The Lek:4:4
Newsletter of the Great Plains Fire Science Exchange
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RESEARCH SUMMARY

Vegetation Responses to Prescribed Burning of Grazed Shortgrass Steppe



Read our research brief to learn how prescribed fire affected plants and soil nutrients in the shortgrass steppe.

Prescribed Burn Entry Form

 
The Oklahoma Prescribed Burn Association has developed an online data portal available to anyone using prescribed fire in OK, TX, NE, KS, ND, SD, MT, MN, MO, CO, WY, IL, and IA. Information on the number of burns conducted, acres burned, safety records, and more can improve how funding, training, and resources for burning are allocated in the Great Plains region. The data are confidential–no names or exact locations are specified in the forms.
 
Prescribed Burn Entry Form

UPCOMING WEBINAR

Fire, Harvester Ants, and Horned Lizards


A recent study from the Verble Fire Ecology Lab examined how prescribed burning influenced the home range size of Texas horned lizards in central Texas. The study also examined how fires and drought influenced the nutritional quality, abundance and density of the primary prey item of the lizard. Fires changed the vegetation of the area in a predictable way. Fires impacted horned lizard survival, but differentially between sexes. Finally, fires changed the nutritional quality of the ants, but not in the way you might think. These data will help guide future habitat management and restoration efforts.

Learn about the study by joining the webinar September 8, 2015 at 12:30 p.m. CST. No advance registration required.
WHAT: Patch Burn Grazing Annual Meeting

WHEN:
August 27-28, 2015 (optional events will be held August 26 and 29)

WHERE: Pratt, KS

Download the Patch Burn Grazing Meeting Flyer for more information.

The meeting will include presentations, a tour of the Hashknife Ranch, an optional tour of the Z-bar Ranch, and a tandem equipment expo. This meeting is a good fit for producers, grassland ecologists, researchers, graduate students, fire ecologists, and the general public interested in the interactions of fire and grazing with plants, wildlife, soils, and more. 

Registration
WHAT:  Association for Fire Ecology Congress, field trip 
WHEN: November 16-20, 2015
WHERE: San Antonio, TX
The GPE is sponsoring Field Trip #2. This will be a great event so sign up early!
Learn More

More upcoming events:

WHAT: Prairie Grouse Technical Council Meeting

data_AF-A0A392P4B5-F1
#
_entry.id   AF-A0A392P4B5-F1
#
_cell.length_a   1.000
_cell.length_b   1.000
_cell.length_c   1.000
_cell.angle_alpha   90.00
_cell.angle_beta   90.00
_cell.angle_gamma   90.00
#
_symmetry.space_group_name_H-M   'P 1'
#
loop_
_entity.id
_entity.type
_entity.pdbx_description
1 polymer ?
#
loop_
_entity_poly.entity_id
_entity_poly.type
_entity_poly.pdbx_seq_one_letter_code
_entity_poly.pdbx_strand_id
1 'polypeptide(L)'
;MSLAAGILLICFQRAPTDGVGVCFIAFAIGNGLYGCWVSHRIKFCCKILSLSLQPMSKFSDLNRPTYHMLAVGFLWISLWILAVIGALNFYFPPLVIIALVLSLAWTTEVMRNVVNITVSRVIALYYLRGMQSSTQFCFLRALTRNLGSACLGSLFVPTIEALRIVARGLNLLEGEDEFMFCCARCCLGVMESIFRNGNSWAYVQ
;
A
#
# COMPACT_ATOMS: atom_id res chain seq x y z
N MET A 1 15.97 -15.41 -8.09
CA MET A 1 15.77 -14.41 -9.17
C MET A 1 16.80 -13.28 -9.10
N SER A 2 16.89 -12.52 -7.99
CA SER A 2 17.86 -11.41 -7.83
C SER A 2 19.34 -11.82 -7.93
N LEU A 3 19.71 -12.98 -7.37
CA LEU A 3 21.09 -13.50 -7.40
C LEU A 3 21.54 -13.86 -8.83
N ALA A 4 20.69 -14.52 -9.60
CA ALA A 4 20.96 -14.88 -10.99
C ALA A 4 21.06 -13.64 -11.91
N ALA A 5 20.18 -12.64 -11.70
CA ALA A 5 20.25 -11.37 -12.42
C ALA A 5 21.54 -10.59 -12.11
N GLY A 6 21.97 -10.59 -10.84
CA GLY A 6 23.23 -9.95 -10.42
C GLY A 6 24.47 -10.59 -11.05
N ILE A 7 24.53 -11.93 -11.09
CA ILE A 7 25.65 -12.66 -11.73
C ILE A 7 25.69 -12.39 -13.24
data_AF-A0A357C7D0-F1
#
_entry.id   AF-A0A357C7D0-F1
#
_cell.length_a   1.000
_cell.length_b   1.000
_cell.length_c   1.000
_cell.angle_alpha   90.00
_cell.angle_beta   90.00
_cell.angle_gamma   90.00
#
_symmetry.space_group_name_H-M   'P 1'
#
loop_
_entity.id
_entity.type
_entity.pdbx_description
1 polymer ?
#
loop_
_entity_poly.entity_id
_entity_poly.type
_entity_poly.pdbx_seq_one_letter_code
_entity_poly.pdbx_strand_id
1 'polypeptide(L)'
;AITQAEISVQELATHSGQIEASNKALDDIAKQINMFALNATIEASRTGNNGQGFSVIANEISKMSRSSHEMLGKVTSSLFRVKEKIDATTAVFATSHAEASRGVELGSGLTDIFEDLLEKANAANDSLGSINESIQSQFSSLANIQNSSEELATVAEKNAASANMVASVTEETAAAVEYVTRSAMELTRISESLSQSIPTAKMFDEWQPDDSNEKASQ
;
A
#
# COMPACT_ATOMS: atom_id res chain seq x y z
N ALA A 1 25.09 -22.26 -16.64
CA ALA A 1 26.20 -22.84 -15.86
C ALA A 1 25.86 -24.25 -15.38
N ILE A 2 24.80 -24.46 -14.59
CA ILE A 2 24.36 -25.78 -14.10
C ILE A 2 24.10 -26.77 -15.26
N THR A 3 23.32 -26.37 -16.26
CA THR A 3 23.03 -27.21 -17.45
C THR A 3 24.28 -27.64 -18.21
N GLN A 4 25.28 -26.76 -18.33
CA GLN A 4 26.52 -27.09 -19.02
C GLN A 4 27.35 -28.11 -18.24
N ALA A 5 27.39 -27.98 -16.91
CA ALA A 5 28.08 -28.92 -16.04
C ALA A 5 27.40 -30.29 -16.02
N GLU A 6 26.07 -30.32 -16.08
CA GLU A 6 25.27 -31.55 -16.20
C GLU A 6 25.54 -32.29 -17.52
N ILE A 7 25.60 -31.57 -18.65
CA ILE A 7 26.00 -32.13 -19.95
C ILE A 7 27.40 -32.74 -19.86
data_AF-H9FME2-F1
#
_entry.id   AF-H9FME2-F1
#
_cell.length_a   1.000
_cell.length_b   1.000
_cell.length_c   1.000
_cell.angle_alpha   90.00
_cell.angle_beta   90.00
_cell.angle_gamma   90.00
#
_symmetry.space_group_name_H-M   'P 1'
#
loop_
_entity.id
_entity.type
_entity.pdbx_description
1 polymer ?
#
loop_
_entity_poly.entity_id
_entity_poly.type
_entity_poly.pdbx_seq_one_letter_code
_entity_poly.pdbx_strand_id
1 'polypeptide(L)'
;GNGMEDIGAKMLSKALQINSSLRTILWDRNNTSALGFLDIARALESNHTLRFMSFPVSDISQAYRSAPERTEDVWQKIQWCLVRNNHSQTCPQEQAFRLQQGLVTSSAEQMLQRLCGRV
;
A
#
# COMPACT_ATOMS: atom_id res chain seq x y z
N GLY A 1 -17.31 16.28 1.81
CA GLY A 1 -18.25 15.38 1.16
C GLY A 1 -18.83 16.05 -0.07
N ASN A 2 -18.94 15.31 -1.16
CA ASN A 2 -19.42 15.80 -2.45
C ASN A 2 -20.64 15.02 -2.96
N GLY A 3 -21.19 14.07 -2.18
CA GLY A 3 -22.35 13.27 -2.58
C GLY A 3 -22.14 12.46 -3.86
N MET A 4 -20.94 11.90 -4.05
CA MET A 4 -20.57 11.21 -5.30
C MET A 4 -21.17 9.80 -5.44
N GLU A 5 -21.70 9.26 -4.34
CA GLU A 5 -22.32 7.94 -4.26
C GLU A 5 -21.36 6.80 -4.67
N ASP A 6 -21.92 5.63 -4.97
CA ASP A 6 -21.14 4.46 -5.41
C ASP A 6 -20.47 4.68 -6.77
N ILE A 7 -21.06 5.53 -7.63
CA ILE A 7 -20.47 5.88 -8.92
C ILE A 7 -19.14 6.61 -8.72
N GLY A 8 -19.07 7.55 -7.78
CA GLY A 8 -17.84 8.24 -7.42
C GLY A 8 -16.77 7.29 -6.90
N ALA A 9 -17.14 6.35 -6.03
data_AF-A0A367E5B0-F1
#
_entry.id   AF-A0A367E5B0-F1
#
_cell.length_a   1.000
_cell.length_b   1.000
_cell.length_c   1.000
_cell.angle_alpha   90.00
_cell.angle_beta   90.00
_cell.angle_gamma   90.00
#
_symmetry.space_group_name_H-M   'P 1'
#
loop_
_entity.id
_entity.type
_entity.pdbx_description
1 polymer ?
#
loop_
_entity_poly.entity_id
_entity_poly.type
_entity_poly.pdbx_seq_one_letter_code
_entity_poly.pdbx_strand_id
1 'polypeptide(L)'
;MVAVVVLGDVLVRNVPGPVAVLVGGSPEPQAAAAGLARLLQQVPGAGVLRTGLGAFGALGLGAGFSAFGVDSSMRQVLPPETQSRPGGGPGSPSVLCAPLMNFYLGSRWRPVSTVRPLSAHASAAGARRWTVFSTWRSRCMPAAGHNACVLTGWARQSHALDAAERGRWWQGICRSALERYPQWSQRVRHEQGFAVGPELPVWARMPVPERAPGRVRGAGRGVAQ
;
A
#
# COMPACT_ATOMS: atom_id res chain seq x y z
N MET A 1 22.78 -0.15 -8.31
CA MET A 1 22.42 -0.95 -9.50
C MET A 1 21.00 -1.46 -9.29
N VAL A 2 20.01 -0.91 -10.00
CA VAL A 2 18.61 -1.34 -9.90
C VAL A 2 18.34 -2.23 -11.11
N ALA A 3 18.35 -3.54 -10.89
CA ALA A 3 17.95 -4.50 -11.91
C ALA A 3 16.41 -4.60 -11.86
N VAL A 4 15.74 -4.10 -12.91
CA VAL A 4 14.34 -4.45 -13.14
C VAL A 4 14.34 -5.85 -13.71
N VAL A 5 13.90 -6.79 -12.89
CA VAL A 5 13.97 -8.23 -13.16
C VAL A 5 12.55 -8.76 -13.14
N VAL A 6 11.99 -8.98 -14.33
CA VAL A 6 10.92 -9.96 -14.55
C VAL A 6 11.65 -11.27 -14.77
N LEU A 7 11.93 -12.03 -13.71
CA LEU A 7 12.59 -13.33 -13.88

WHEN: September 22-24, 2015 
WHERE: Nevada, MO
LINK

WHAT: Fall Burning Field Day
WHEN: October 13, 2015
WHERE: Tallgrass Prairie National Preserve, Strong City, KS
More details soon.

WHAT: Sericea lespedeza and Fire Webinar; presented by KC Olson
WHEN: December 1, 2015 at 2:30-3:30 p.m. (CST)
No registration required. LINK

 
WHAT: Microrhyze and Fire Webinar; presented by Alice Tipton
WHEN: October 6, 2015 12-1 pm (CST)
No registration required. LINK

WHAT: Juniper Pollen Webinar; presented by Estelle Levetin
WHEN: December 8, 2015 at 2:30-3:30 pm (CST) 
No registration required. LINK

WHAT: 6th National Conference on Grazing Lands
WHEN: December 13-16, 2015
WHERE: Grapevine, TX
The GPFSE will host a symposium on Prescribed Burn Associations at this meeting.  Don't miss it! LINK
 

Get to know the GP Fire Community

Dr. Charles "Butch" Taylor, Jr.

 

 Charles "Butch" Taylor, Jr. headshot.
Last quarter, Robin Verble nominated Butch Taylor of Texas AgriLife's Sonora Research Station for our interview series.  Read about the grassland fire issues important to Butch and get some sage advice!
Read the Interview

Fire Science Roundup


We've summarized a suite of regionally applicable fire science for you. We encourage you to send us citations or papers to include in our next Roundup.  Here's an example summary:
 

Wildlife

Hovick, T. J., R. D. Elmore, S. D. Fuhlendorf, and D. K. Dahlgren. 2015. Weather constrains the influence of fire and grazing on nesting greater prairie-chickens. Rangeland Ecology and Management 68:186-193.

Adult greater prairie-chicken survival was observed in areas that had not recently been burned or grazed. The birds avoided nesting in areas with a great amount of tree cover, suggesting that they do require some disturbance to reduce woody vegetation for nesting cover. Local weather was the most influential on nest survival.


 
Read Fire Science Summaries

FROM OUR BLOG:

'What's your fire angle?'

By Sherry Leis, Great Plains Fire Science Coordinator
 
What motivates you to work in fire?  How in the world did you come to work with fire, study fire, or otherwise be mesmerized by it?  Do you like fire because of the adrenaline factor, the danger? Do you work in fire because you love grasslands and fire is just part of it? Do you like fire because it reminds you of those camping trips as a kid where you ate s’mores and roasted hot dogs over the fire?  Do you like fire because [insert your favorite species here] needs it to survive?  Do you like fire because others fear it? Do you work in fire because if we don’t learn to live with it, wildfire could devastate your favorite places? Do you work in fire because you want to protect the people and places you love? Read on...
Read the Post

New shiny website on the horizon

We appreciate those of you that have discovered the wealth of resources packed into our website.  We realized that we may not have the most user friendly platform and have been working on transitioning our website to Squarespace.  As we do so, there are bound to be errors and ommissions and we appreciate your help identifying those as you come across them.  The URL http://GPFireScience.org will remain the same.  We have not yet set the release date, but will send an announcement to let you know that the time has arrived.
 
 
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